Harmonious Legacy

after 25 years with UWEC music program, Schwartzhoff says goodbye

Katy Macek, photos by Andrea Paulseth

NOT QUITE A SWAN SONG. Gary Schwartzhoff has retired from UWEC, but he’ll still direct choirs in the community.
NOT QUITE A SWAN SONG. Gary Schwartzhoff has retired from UWEC, but he’ll still direct choirs in the community.

Thirteen international tours. Some 30 juried performances. Hundreds of concerts. Thousands of faces.

That barely scratches the surface of Gary Schwartzhoff’s time as a professor of music and director of choral activities at UW-Eau Claire.

So what motivated him to make so many opportunities available?

He’ll tell you time and again, “It was because of the students.”

Because of the wedding he was invited to July 30 in Minneapolis, where a former student asked him to be part of a choir of 16 students she sang with at UWEC to sing on her big day.

Because of the lunch dates former students who are still in the area frequently ask for.

“So many relationships stand out in my mind,” Schwartzhoff said. “So many students who are doing great work, here in the Midwest primarily, but beyond as well. Music educators, moms and dads, how they’re affecting lives today is very rewarding.”

Take the number of students in his classes, multiply it by 25 years, divide it by four (assuming the students were in his program for four years), and that’s … a lot of students. He estimates somewhere around 1,000.

Oh, the places you’ll go

Asked about some of the memorable moments during his time at UWEC, Schwartzhoff pauses. How do you pick from 25 years of memories? But of course, it goes back to his students. Specifically, to performances they shared around in the state, nation, and world.

Most recently, that included traveling to Vatican City with the Concert Choir this January to perform in the Sistine Chapel. “A performance in the Sistine Chapel is a bucket list check-off, and I never thought we would get there,” he said.

Other performance locales include St. Paul’s Cathedral in London, St. Peter’s Basilica in Vatican City, and a host of others throughout Europe and South America.

He was also able to have the concert choir perform at the 50th and 60th anniversary of D-Day in Europe. He had hoped for the 70th as well, but budget and timing didn’t allow for it.

“It’s the opportunity for students to have performing in some place that’s so celebrated in history,” he said. But he made sure his students had those opportunities on campus as well.

Building a legacy

Schwartzhoff received his master of music degree in choral conducting from the University of Northern Iowa in 1981 and his doctor of musical arts degree in conducting at the University of Missouri-Kansas City in 1990. Before coming to UW-Eau Claire, he taught for 15 years at Ames High School in Iowa. The 2015-16 school year marked his 42nd year of teaching.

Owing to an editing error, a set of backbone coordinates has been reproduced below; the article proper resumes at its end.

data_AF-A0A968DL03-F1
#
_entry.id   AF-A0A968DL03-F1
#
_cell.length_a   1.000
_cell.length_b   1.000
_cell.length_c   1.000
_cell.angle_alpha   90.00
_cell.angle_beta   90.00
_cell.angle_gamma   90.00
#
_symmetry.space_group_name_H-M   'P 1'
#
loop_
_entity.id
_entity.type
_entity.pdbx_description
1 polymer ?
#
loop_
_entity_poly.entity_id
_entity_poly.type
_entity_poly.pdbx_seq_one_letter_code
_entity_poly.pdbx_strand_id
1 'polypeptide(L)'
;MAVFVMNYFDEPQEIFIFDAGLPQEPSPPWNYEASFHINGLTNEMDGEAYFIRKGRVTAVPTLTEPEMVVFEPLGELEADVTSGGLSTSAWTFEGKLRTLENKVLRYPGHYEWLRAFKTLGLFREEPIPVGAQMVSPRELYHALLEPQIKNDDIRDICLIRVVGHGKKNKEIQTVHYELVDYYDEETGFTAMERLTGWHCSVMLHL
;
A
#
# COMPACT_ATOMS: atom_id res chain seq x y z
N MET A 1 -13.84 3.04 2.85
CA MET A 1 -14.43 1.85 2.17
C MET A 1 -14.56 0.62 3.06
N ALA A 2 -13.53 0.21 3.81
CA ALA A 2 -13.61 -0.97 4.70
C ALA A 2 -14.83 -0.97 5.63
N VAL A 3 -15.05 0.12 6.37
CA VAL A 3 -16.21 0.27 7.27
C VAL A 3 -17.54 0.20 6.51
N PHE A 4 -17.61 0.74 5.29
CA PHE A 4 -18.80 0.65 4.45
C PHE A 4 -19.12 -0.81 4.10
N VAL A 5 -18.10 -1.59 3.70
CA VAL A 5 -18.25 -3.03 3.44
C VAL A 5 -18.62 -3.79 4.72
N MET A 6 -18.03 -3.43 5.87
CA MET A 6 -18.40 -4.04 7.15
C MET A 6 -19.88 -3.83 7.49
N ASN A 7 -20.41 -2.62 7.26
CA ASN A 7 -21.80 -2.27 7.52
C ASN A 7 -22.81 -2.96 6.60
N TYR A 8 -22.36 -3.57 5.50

Schwartzhoff watched the choral program grow dramatically in his first three semesters to the steady number it remains at today.

Through the years, he also continued the annual Cabaret performances – which were started by his predecessor, Morris Hayes – as well as the Madrigal dinners. He also directed the Concert Choir, the Chamber Choir, The Singing Statesmen, and taught conducting.

Marcia Van Beek, who has known Schwartzhoff since the early 1990s, thinks it’s this passion for giving students everything he has to offer that stands out. “I have known few people with the work ethic and passion he carries with him in everything he does,” Van Beek said. “He accepts nothing less than excellence, and that has greatly contributed to his success.”

Van Beek, a UW-Eau Claire Foundation employee, said he’s made her work connecting with choral program alumni easier as well. She said Schwartzhoff reaches out to the entire alumni, and even those who worked under Hayes, after connecting with Schwartzhoff, are willing to contribute to the Foundation.

And beyond the university, Van Beek is sure he has left a mark on the Chippewa Valley music scene. She started working under him in the Master Singers, a community choir program, which is in its 24th season this year thanks to Schwartzhoff.

“It’s a long-standing, very successful venture, and it speaks to Gary’s desire to promote great choral music, to connect with people on an emotional level, and he does that religiously,” she said.

Looking to the future

While he doesn’t believe his departure will negatively impact the UWEC music program, Schwartzhoff definitely knows budget cuts and financial strains are being felt in the department. Maintaining a good faculty-student ratio, retaining faculty, and dealing with budget cuts are among the major challenges in the immediate future, he said.

Looking at the faculty buyout presented to him in the fall of 2015, Schwartzhoff said he kept it as an option but didn’t plan to take it. But by May, in correlation with health issues, it seemed the best thing for him to do.

However, he’s confident in the music department’s success because of the other professors’ passions, especially as the campus footprint continues to change. He hopes the new Davies Center, Centennial Hall, the soon-to-be-built Confluence Performing Arts Center, and the new major event center on Menomonie Street will boost student retention and interest.  

Combining a home and work office into one was no easy feat, and Schwartzhoff said he revisited many memories while cleaning out his office in Haas Fine Arts Center. But after 42 years of teaching and with a lifelong love of music, he’s not ready to pack it all up quite yet. In his 43rd year, he’s ready for something new.

He’ll continue his work with the Master Singers and the Chancel Choir at First Congregational Church, as well as conducting at festivals “when the opportunity arises.”

 “When something has been such a major part of your life for so long, it doesn’t just end,” he said. “That’s why I don’t look at it as retiring, I’m retooling.”